More on Eschatology

In addition to Dever’s and Schreiner’s recent comments, Craig Blomberg also has some good comments on the non-essential nature of eschatological beliefs such as the millennium and the timing of the rapture.  In A Case for Historic Premillennialism Blomberg says:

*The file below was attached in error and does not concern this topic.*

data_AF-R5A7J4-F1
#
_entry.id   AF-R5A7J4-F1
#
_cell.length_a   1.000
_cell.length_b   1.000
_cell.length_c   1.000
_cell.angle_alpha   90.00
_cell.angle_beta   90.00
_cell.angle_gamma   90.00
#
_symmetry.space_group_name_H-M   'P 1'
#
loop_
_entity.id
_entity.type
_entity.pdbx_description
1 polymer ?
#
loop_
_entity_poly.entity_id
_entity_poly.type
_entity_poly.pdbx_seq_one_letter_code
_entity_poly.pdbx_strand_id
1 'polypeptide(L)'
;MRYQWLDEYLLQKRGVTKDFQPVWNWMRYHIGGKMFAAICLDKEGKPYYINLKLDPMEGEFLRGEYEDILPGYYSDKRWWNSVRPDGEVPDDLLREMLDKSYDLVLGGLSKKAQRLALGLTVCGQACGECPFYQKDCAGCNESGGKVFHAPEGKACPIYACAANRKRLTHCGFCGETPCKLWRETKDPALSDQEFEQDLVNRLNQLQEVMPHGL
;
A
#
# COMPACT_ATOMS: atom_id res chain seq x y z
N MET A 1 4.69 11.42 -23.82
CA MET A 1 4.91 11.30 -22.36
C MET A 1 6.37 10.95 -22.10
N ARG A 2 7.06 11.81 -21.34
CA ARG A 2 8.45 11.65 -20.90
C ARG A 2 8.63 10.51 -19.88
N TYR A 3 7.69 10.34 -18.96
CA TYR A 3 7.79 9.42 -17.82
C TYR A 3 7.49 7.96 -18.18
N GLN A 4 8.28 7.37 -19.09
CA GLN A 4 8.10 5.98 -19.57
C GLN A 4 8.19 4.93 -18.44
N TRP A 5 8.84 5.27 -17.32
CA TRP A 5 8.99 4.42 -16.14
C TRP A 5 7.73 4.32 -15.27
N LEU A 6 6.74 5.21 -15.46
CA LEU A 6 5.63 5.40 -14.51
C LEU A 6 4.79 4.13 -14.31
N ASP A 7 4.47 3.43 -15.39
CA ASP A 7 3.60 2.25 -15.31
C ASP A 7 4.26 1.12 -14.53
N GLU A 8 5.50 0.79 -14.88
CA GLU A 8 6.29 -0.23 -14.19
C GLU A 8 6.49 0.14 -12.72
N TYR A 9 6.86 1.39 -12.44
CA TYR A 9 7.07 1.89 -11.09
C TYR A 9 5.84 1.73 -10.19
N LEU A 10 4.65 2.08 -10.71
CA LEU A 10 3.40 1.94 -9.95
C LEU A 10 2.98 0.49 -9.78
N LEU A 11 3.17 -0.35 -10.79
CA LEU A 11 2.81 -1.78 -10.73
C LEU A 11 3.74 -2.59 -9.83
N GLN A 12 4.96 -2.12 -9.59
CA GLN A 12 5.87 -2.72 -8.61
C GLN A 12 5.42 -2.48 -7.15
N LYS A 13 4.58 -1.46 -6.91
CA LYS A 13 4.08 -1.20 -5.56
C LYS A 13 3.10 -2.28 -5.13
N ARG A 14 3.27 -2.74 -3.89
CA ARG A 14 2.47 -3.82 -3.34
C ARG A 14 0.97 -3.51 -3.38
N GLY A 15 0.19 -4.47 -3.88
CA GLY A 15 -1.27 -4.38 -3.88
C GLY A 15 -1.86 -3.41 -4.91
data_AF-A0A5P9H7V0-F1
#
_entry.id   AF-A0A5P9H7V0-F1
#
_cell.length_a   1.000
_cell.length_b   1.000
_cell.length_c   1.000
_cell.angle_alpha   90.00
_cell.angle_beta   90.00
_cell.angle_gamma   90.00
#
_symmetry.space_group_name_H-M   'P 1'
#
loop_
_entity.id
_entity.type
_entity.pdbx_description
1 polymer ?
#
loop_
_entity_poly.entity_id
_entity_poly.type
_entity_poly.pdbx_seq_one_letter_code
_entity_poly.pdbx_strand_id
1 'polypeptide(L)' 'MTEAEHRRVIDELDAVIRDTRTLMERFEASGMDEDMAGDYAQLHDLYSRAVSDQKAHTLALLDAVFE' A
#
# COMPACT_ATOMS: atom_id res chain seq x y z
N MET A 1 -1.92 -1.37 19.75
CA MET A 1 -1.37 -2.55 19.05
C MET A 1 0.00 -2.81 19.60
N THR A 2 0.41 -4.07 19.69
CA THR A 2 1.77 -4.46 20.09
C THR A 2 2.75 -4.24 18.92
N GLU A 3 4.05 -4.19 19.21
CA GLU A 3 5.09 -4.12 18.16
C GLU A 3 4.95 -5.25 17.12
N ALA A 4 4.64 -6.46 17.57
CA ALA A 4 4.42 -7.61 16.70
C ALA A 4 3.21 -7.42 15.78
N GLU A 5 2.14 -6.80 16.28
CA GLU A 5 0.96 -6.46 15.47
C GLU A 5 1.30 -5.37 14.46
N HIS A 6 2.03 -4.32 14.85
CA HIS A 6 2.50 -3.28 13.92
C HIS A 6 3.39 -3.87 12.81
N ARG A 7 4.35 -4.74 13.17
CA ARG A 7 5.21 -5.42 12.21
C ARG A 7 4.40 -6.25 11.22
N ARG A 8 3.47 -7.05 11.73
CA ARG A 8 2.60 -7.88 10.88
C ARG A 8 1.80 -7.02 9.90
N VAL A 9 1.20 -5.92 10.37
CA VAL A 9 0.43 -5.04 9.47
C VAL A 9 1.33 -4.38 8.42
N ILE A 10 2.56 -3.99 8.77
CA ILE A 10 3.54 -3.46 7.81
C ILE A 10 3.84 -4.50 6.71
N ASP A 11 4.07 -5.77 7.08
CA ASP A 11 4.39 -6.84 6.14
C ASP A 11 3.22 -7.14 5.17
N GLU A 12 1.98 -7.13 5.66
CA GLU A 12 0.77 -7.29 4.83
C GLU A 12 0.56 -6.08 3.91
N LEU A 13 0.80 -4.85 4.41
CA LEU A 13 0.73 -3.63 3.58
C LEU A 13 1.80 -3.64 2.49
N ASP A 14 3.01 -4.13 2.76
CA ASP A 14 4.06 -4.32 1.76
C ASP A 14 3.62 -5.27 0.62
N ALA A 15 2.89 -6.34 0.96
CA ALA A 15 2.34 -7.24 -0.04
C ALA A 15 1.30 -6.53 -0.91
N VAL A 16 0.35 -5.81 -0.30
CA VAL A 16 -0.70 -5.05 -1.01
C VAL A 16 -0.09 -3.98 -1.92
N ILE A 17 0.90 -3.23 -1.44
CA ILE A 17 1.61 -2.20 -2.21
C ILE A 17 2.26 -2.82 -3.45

case-for-historic-premillennialism“In my ideal world, there would be no church or parachurch organization, including seminaries, that would make a certain belief about the millennium or the tribulation a requirement of anything, such as membership, employment, or the like.  If we believe in the literal, visible, public return of Christ to usher in the judgment of the living and the dead, if we believe in the bodily resurrection of all people, some to eternal life and others to eternal destruction, surely we can agree to disagree in love over the particulars on which intelligent, godly, Bible-believing Christians have never achieved consensus and yet fellowship and work together at every level of Christian service and activity.  The classic orthodox creeds of the patristic period, like the major confessions of faith from the Protestant Reformation, never required more than this.”

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